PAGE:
For IBM, SOAs Are The Mainframe Squeeze

NEW YORK — With placement on more than 90 percent of the world’s top 25 retail companies, who said the IBM mainframe is going the way of the dodo?

That was the theme of a recent IBM System z mainframe software summit, where Executive Vice President Steve Mills, zSeries General Manager Jim Stallings and other IBM software executives convened to talk up the tools that run on Big Iron.

Acknowledging that rivals have been injecting venom about the viability of mainframes in a world in love with modular computing hardware, Mills and Stallings made their case for how the mainframe is meeting and surpassing expectations.

The executives cited MIPs increases in recent quarters and played videos of adoring mainframe customers.

The meeting comes after IBM had a year under its built of selling the z9, a mainframe designed with security and scalability in mind.

Mindful that the mainframe is an elder statesman among computer servers, the key selling point for IBM is that the z9 mainframe is primed to power modern service-oriented architectures (SOA).

SOAs are distributed computing models capable of opening up access to different applications and executing vast numbers of transactions.

To highlight integration for the z9 mainframe, Mills introduced the IBM Rational COBOL Generation tools.

Created at an IBM software development lab in Raleigh, N.C., these tools allow programmers using Java, VisualBasic, PL/1 and COBOL to access data written in COBOL applications.

Allowing programmers to tap into customer and financial data written in legacy COBOL software is a prime example of the integration attributes of an SOA.

Pund-IT analyst Charles King said Mills’ pitch for the z9 as an SOA platform was compelling.

“One of the reasons the mainframe is still around is you have petabytes of legacy data and legacy applications,” King said after the event.

“If you’re talking about helping a customer break into the great, wide wonderful world of SOA, if you’re truly helping them to move into this new method of doing business, you have to figure out a way for them to leverage that legacy information. If an SOA can revitalize something like COBOL then maybe they’re really on to something here.”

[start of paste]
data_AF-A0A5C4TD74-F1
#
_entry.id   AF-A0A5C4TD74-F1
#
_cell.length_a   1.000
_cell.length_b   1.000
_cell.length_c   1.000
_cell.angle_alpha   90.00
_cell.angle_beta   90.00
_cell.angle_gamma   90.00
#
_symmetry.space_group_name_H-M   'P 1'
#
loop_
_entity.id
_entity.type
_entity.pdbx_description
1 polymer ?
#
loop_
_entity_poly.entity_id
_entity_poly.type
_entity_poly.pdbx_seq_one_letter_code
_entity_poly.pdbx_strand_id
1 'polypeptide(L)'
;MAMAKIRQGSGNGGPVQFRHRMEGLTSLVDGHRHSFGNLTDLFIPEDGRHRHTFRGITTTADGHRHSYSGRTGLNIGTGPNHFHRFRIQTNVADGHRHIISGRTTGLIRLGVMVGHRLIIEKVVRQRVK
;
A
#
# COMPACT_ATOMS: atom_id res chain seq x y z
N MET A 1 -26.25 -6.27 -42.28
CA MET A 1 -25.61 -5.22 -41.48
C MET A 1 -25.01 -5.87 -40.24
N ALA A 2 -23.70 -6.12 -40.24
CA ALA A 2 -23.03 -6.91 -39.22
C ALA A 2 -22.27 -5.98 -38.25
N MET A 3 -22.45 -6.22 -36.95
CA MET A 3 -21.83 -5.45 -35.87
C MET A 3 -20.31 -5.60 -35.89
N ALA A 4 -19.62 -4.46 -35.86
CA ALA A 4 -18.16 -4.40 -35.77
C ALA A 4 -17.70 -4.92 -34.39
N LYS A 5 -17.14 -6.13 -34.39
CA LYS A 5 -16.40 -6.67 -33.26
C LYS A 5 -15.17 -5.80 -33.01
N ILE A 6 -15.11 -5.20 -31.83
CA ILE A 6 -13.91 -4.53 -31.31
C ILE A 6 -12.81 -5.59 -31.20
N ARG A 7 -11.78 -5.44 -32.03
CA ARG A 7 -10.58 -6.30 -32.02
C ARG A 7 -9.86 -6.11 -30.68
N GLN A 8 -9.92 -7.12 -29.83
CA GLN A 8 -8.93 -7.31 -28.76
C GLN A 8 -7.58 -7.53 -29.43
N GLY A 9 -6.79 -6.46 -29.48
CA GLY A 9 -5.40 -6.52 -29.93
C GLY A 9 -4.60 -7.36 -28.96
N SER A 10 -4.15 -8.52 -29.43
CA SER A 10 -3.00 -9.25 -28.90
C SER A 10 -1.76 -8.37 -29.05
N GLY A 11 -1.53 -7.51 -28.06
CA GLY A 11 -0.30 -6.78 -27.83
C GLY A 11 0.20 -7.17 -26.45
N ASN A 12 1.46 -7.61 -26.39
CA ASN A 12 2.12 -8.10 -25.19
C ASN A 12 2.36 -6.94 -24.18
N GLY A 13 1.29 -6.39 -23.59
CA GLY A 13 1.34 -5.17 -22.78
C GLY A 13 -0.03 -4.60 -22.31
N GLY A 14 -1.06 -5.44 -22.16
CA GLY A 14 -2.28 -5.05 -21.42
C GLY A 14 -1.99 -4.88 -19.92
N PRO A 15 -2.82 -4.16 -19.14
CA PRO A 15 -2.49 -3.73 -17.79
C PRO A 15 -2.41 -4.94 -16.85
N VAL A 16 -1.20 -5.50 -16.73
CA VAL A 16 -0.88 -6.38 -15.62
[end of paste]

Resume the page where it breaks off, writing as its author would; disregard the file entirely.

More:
From Big Blue’s WebSphere line, Mills introduced versions of IBM’s business process software tailored for the z9 system.

WebSphere Enterprise Service Bus z for System z integrates applications and services in an SOA while the WebSphere Process Server for z ties data from mainframes to business processes.

One scenario that fits this bill would be when an online credit card purchased triggers a status check for inventory and shipping. Both products will be available next month.

Available later this year, WebSphere Portal for z/OS merges different applications in an SOA and renders the information palatable to customers based on preferences.

On the database side, DB2 Viper for z/OS data server will bring unstructured data such as e-mail, images, audio and video into collision with relational info from databases. DB2 Viper will support IBM’s zIIP specialty processor pack to minimize data duplication.

Mills also announced Tivoli Federated Identity Manager for z/OS, a tool that secures transactions across mainframes through SOAs. This is also slated for a late 2006 release.

King reflected on the changes to the IBM mainframe over the last year.

“What I thought was interesting was [IBM] built a logical chain from traditional mainframe to the z9,” said King. “It’s a substantially different platform, but it’s got all of the traditional mainframe structural underpinnings.

“It’s almost like they had a very solid foundation for a house that needed severe updating and in some cases they knocked parts of it down and rebuilt it from scratch. But the foundation is still there.”

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